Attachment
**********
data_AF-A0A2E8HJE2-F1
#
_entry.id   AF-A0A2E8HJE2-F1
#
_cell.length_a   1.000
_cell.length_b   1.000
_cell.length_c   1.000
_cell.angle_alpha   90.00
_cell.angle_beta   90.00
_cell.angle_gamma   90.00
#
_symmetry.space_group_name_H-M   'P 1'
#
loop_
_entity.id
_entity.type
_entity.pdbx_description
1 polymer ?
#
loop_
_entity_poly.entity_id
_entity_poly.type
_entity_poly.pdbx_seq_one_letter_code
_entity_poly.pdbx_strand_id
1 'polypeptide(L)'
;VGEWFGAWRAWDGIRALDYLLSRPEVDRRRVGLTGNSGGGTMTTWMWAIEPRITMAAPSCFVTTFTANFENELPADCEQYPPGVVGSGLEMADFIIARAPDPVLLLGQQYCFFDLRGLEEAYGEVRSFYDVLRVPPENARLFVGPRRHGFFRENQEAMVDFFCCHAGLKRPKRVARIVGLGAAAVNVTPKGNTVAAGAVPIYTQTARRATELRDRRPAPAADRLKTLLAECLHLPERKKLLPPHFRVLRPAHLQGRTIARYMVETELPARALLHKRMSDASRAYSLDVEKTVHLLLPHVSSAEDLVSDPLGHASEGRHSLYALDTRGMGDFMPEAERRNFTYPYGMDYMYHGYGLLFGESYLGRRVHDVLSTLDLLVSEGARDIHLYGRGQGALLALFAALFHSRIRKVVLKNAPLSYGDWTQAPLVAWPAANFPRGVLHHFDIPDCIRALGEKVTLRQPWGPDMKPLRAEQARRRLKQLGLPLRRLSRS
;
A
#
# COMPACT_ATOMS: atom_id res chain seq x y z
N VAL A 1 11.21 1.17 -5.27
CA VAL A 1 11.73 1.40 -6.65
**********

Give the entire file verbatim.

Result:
data_AF-A0A2E8HJE2-F1
#
_entry.id   AF-A0A2E8HJE2-F1
#
_cell.length_a   1.000
_cell.length_b   1.000
_cell.length_c   1.000
_cell.angle_alpha   90.00
_cell.angle_beta   90.00
_cell.angle_gamma   90.00
#
_symmetry.space_group_name_H-M   'P 1'
#
loop_
_entity.id
_entity.type
_entity.pdbx_description
1 polymer ?
#
loop_
_entity_poly.entity_id
_entity_poly.type
_entity_poly.pdbx_seq_one_letter_code
_entity_poly.pdbx_strand_id
1 'polypeptide(L)'
;VGEWFGAWRAWDGIRALDYLLSRPEVDRRRVGLTGNSGGGTMTTWMWAIEPRITMAAPSCFVTTFTANFENELPADCEQYPPGVVGSGLEMADFIIARAPDPVLLLGQQYCFFDLRGLEEAYGEVRSFYDVLRVPPENARLFVGPRRHGFFRENQEAMVDFFCCHAGLKRPKRVARIVGLGAAAVNVTPKGNTVAAGAVPIYTQTARRATELRDRRPAPAADRLKTLLAECLHLPERKKLLPPHFRVLRPAHLQGRTIARYMVETELPARALLHKRMSDASRAYSLDVEKTVHLLLPHVSSAEDLVSDPLGHASEGRHSLYALDTRGMGDFMPEAERRNFTYPYGMDYMYHGYGLLFGESYLGRRVHDVLSTLDLLVSEGARDIHLYGRGQGALLALFAALFHSRIRKVVLKNAPLSYGDWTQAPLVAWPAANFPRGVLHHFDIPDCIRALGEKVTLRQPWGPDMKPLRAEQARRRLKQLGLPLRRLSRS
;
A
#
# COMPACT_ATOMS: atom_id res chain seq x y z
N VAL A 1 11.21 1.17 -5.27
CA VAL A 1 11.73 1.40 -6.65